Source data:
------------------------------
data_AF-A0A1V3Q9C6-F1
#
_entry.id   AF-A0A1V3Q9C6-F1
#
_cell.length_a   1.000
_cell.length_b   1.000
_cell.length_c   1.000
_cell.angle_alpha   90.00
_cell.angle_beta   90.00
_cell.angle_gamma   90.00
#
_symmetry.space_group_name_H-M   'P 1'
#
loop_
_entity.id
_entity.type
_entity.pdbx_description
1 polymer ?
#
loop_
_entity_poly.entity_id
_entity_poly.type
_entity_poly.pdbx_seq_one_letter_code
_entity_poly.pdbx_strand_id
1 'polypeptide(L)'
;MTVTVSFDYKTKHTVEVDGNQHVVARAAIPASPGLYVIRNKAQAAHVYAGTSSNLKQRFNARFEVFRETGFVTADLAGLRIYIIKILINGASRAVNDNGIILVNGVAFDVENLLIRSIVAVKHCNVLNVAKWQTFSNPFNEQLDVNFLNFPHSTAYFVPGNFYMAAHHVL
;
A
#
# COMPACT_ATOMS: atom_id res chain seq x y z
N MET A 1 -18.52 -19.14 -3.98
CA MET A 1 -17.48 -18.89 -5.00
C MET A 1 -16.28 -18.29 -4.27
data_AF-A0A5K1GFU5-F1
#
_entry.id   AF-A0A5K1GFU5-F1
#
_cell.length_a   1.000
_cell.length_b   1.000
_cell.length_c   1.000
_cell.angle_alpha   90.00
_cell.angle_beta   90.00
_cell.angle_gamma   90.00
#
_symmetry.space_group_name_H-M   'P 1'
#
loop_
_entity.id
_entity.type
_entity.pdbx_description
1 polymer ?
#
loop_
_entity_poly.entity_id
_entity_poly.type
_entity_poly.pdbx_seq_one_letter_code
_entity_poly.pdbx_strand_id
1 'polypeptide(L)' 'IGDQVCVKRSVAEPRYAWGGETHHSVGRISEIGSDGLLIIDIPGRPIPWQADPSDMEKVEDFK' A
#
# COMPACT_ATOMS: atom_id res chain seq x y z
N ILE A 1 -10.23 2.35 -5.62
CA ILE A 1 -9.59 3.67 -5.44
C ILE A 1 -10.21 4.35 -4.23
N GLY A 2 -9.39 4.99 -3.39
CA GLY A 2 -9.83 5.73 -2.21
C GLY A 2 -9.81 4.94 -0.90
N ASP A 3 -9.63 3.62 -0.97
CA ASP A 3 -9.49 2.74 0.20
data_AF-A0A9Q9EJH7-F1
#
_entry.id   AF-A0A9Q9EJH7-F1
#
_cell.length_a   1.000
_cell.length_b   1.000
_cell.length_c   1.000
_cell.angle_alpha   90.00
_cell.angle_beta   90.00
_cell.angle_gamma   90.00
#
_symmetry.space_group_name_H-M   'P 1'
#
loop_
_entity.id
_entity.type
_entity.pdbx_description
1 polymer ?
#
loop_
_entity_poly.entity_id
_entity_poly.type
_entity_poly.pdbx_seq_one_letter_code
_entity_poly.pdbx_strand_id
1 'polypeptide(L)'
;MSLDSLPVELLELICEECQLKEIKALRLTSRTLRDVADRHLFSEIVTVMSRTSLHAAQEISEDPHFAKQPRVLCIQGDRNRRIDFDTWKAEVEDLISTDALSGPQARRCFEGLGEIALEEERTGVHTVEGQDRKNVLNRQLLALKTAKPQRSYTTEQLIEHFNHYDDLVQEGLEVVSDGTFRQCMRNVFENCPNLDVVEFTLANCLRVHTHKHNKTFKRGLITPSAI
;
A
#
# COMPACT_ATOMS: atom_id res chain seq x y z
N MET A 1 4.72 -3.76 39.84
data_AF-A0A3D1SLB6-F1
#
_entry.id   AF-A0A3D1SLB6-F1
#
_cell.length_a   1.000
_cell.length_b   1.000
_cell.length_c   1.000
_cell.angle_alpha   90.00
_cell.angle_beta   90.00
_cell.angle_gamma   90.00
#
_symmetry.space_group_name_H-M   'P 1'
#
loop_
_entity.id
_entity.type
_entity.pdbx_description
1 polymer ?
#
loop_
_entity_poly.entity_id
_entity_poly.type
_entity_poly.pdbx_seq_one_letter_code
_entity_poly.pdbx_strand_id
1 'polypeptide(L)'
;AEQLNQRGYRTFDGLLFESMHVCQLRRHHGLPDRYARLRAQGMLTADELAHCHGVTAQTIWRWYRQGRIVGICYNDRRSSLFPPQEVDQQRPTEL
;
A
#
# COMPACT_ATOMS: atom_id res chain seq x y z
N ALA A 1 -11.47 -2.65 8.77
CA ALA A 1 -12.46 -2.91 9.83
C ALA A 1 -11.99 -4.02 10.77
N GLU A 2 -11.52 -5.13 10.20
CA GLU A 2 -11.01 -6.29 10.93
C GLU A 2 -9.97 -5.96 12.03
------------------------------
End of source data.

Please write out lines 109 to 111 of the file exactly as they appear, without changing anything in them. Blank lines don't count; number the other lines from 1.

_cell.angle_gamma   90.00
#
_symmetry.space_group_name_H-M   'P 1'